Despite Mark Zuckerburg’s attempt to pronounce email as “dead” over a decade ago, it’s a marketing mainstay that’s here for the long haul. Email users in the United States are projected to grow to 81.2% of the total population by 2024. Even the social-media obsessed Millennials and Gen Zers have a death grip on their emails. 

But wait. . . if email is so important, why aren’t my messages being opened? 

The average open rate for marketing or mass emails across all industries is about 20%. Within insurance, the average is slightly higher—21.3%. That means for every email sent to your subscriber list, 1 out of 5 people will open it. These are just baseline numbers, though. Hop into your email marketing account and take a look at your own open rate stats to see how you compare. 

If you want to give your open rates and overall readership a boost, there are a few things you can start doing: 

1. Consistently Provide Value

Take a look at your own inbox and the emails you tend to open week after week. Chances are those emails are providing value that speaks directly to you and what you need. The most important (and arguably the hardest) part of getting those consistent opens is by really understanding who is reading your emails, what they need, and what they want to see.

Often the best way to do this is by breaking your list up into groups or segments, based on interest, demographics, or need. This allows you to send very targeted messages to different groups, rather than trying to speak more generally to a broad audience who may have very different goals or needs.  

2. Subject Lines

Subject lines are the first thing someone sees when they open their inbox. Think about how you can pique interest and spark curiosity, while still being direct and descriptive. Again, consider what your audience needs, what they fear, what pains they’re trying to address, or what matters to them most—and create subject lines reflecting that. Many email providers allow you to A/B test a couple of subject lines to see which works best with your audience.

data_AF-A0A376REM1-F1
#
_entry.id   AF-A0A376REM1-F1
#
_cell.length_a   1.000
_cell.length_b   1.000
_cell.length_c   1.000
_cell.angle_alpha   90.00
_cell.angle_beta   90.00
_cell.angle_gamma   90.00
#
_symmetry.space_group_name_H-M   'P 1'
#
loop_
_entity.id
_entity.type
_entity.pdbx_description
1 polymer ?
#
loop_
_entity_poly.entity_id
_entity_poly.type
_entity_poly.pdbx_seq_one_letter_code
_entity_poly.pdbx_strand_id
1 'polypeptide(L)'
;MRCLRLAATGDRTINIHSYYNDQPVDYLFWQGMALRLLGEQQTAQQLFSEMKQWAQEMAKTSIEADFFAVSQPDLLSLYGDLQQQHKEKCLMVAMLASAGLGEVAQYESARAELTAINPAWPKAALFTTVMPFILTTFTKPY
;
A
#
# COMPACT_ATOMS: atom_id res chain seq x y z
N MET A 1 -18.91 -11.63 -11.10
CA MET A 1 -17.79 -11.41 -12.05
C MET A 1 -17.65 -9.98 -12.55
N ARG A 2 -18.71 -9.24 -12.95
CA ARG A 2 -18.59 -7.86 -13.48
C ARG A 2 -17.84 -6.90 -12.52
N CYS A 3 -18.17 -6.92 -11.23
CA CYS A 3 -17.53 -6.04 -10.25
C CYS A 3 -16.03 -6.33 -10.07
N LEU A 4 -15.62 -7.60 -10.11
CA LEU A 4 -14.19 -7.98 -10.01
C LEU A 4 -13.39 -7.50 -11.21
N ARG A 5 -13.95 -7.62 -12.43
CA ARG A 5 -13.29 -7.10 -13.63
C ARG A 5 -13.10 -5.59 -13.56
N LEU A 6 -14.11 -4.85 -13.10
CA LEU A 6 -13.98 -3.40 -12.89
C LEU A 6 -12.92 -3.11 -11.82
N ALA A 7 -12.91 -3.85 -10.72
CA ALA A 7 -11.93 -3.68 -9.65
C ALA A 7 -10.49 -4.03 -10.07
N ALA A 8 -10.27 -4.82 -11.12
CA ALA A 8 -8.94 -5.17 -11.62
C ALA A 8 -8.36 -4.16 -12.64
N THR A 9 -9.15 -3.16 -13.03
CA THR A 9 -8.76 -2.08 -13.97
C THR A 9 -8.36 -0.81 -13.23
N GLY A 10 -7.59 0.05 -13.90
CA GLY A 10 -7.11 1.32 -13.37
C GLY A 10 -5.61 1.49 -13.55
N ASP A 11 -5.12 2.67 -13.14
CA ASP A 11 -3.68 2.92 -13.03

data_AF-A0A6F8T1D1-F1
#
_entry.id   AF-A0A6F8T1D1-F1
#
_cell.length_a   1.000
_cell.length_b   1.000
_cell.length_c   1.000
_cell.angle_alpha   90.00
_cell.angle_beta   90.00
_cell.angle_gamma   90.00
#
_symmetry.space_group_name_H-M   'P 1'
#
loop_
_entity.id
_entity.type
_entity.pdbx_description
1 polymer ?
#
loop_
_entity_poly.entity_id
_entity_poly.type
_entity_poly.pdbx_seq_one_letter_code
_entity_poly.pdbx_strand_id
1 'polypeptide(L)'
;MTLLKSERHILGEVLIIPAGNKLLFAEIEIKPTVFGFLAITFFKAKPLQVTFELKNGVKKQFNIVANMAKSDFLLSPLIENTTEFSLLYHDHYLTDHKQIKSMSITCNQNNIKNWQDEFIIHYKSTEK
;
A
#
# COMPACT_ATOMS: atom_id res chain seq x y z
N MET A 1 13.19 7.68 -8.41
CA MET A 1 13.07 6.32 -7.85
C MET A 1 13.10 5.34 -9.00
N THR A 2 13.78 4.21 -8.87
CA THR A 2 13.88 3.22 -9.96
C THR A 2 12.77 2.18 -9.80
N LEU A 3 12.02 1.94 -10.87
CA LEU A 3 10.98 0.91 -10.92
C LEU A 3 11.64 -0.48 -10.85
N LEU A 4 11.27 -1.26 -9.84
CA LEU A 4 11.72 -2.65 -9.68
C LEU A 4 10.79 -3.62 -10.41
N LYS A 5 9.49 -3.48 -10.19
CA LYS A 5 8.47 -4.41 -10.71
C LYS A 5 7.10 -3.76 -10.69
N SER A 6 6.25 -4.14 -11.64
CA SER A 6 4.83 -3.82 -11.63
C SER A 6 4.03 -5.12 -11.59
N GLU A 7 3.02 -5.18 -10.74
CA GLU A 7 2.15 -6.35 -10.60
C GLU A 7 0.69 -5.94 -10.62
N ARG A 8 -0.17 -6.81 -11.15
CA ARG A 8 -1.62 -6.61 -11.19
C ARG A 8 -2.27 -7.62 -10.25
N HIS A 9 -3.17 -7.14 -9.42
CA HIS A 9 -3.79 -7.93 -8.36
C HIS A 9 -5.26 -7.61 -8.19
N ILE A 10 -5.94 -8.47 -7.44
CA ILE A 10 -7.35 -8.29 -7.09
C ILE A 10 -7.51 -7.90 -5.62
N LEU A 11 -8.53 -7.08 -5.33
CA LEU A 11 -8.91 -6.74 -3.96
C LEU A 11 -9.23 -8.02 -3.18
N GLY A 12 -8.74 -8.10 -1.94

And as a general rule of thumb, keep your subject lines to 35 characters or less. Each email service allows only a certain amount of characters for subject lines, and that character limit may differ depending on the device being used. Staying within 35 characters should make sure your full subject line is seen. 

3. Be Strategic with Send Times 

There’s a reason why door-to-door salespeople always seem to drop by around 6 or 7 p.m.—that’s when they know you’re home! Email is no different. There are times of the day and the week when people are most likely to check and open messages. Many people tend to check their emails at the beginning (9 or 10 a.m.) and the end (6 p.m.) of the day, as well as during their afternoon lull (around 1 p.m.).

But remember, these are averages. Start with these times as a baseline, then test out different days and times with your audience. You may find that Saturday or Sunday mornings at 10 a.m. are far more effective than 1 p.m. on a Friday. 

4. Use a Clear, Simple Call to Action

General all-purpose newsletters can be great for company updates, run-of-the-mill reminders, and non-urgent information. But if you want your audience to do something—schedule a call, sign up for a webinar, take advantage of a limited promotion or time-sensitive savings, etc.—remove all other noise and focus on that one thing.

Be very clear about what the reader should do and (more importantly) what’s in it for them. Then make it very easy for your readers to take action. Want them to call or email you? Put the phone number or email link in your message. Want them to sign up for an appointment? Give them a button that sends them directly to an appointment calendar. 

5. Make Sure Your Emails Are Mobile-Friendly

39% of emails are opened on mobile devices, so make sure emails are sized appropriately and look right no matter if they’re read on a desktop, phone, or tablet. Most email providers let you see a “mobile preview” before sending, or you can send a few test emails to yourself or colleagues before sending to your entire list. 

6. Keep Your Email List Clean

Does it feel like your emails are bypassing the inbox completely and setting up camp in spam folders? It might be time to purge your email list of addresses that have bounced or haven’t opened in a while. Internet Service Providers (like Xfinity or AT&T) monitor engagement and use those metrics to “train” their spam filters. If you have a list made up of a lot of unengaged subscribers (people who rarely or never open), it can affect your account’s reputation with ISPs and get you caught in that dreaded spam filter. When it comes to email lists, quality is better than quantity; it’s better to have a smaller, healthier list than a larger list with unengaged subscribers.   

Remember, these are all best practices and rules of thumb. Use them as a baseline to test and tweak your way into learning what’s most effective for your specific business and audience. 

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